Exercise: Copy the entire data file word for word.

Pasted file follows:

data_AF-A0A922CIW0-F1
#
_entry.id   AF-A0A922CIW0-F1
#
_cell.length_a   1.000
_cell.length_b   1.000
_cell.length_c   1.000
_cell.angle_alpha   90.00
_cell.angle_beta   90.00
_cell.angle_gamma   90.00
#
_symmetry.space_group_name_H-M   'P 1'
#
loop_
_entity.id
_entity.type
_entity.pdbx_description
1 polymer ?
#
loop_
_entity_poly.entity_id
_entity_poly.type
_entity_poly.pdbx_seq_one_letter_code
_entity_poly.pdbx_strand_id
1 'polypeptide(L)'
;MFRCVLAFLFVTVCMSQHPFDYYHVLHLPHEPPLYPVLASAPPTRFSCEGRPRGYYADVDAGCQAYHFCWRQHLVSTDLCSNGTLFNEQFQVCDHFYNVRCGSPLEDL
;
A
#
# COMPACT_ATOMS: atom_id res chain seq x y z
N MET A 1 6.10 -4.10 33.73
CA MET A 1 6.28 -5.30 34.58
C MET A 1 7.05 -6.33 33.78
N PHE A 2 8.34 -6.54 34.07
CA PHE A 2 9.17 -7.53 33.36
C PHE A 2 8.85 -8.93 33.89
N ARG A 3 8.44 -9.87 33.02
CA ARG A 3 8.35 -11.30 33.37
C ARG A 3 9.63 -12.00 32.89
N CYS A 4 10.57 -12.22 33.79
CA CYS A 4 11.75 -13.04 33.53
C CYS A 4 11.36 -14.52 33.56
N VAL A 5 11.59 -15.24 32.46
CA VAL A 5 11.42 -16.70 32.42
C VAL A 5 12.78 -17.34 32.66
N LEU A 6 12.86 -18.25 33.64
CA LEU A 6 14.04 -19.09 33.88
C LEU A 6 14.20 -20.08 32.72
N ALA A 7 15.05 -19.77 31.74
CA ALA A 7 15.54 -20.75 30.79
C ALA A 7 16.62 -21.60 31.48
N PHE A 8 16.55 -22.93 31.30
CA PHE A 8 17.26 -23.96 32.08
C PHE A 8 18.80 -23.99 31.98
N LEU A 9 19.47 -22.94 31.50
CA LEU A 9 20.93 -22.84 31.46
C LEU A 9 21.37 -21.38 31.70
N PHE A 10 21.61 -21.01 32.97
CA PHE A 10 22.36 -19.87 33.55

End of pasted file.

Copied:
data_AF-A0A922CIW0-F1
#
_entry.id   AF-A0A922CIW0-F1
#
_cell.length_a   1.000
_cell.length_b   1.000
_cell.length_c   1.000
_cell.angle_alpha   90.00
_cell.angle_beta   90.00
_cell.angle_gamma   90.00
#
_symmetry.space_group_name_H-M   'P 1'
#
loop_
_entity.id
_entity.type
_entity.pdbx_description
1 polymer ?
#
loop_
_entity_poly.entity_id
_entity_poly.type
_entity_poly.pdbx_seq_one_letter_code
_entity_poly.pdbx_strand_id
1 'polypeptide(L)'
;MFRCVLAFLFVTVCMSQHPFDYYHVLHLPHEPPLYPVLASAPPTRFSCEGRPRGYYADVDAGCQAYHFCWRQHLVSTDLCSNGTLFNEQFQVCDHFYNVRCGSPLEDL
;
A
#
# COMPACT_ATOMS: atom_id res chain seq x y z
N MET A 1 6.10 -4.10 33.73
CA MET A 1 6.28 -5.30 34.58
C MET A 1 7.05 -6.33 33.78
N PHE A 2 8.34 -6.54 34.07
CA PHE A 2 9.17 -7.53 33.36
C PHE A 2 8.85 -8.93 33.89
N ARG A 3 8.44 -9.87 33.02
CA ARG A 3 8.35 -11.30 33.37
C ARG A 3 9.63 -12.00 32.89
N CYS A 4 10.57 -12.22 33.79
CA CYS A 4 11.75 -13.04 33.53
C CYS A 4 11.36 -14.52 33.56
N VAL A 5 11.59 -15.24 32.46
CA VAL A 5 11.42 -16.70 32.42
C VAL A 5 12.78 -17.34 32.66
N LEU A 6 12.86 -18.25 33.64
CA LEU A 6 14.04 -19.09 33.88
C LEU A 6 14.20 -20.08 32.72
N ALA A 7 15.05 -19.77 31.74
CA ALA A 7 15.54 -20.75 30.79
C ALA A 7 16.62 -21.60 31.48
N PHE A 8 16.55 -22.93 31.30
CA PHE A 8 17.26 -23.96 32.08
C PHE A 8 18.80 -23.99 31.98
N LEU A 9 19.47 -22.94 31.50
CA LEU A 9 20.93 -22.84 31.46
C LEU A 9 21.37 -21.38 31.70
N PHE A 10 21.61 -21.01 32.97
CA PHE A 10 22.36 -19.87 33.55